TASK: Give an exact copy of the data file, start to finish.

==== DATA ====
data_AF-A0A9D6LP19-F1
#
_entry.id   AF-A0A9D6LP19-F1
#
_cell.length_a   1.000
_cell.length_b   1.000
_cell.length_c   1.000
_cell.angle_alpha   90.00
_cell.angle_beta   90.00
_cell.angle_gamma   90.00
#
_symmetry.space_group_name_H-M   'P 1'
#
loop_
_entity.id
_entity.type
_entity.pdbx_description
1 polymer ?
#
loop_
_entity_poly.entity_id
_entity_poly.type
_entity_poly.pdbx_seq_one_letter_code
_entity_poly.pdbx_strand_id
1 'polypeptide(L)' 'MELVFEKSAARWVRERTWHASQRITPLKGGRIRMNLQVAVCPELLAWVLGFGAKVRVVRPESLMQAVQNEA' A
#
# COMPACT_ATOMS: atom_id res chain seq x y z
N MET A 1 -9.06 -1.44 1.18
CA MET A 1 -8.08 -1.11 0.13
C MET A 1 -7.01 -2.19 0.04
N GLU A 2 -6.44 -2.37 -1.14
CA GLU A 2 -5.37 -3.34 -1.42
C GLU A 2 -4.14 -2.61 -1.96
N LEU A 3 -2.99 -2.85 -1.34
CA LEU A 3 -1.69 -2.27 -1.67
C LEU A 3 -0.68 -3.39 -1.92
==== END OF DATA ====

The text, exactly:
data_AF-A0A9D6LP19-F1
#
_entry.id   AF-A0A9D6LP19-F1
#
_cell.length_a   1.000
_cell.length_b   1.000
_cell.length_c   1.000
_cell.angle_alpha   90.00
_cell.angle_beta   90.00
_cell.angle_gamma   90.00
#
_symmetry.space_group_name_H-M   'P 1'
#
loop_
_entity.id
_entity.type
_entity.pdbx_description
1 polymer ?
#
loop_
_entity_poly.entity_id
_entity_poly.type
_entity_poly.pdbx_seq_one_letter_code
_entity_poly.pdbx_strand_id
1 'polypeptide(L)' 'MELVFEKSAARWVRERTWHASQRITPLKGGRIRMNLQVAVCPELLAWVLGFGAKVRVVRPESLMQAVQNEA' A
#
# COMPACT_ATOMS: atom_id res chain seq x y z
N MET A 1 -9.06 -1.44 1.18
CA MET A 1 -8.08 -1.11 0.13
C MET A 1 -7.01 -2.19 0.04
N GLU A 2 -6.44 -2.37 -1.14
CA GLU A 2 -5.37 -3.34 -1.42
C GLU A 2 -4.14 -2.61 -1.96
N LEU A 3 -2.99 -2.85 -1.34
CA LEU A 3 -1.69 -2.27 -1.67
C LEU A 3 -0.68 -3.39 -1.92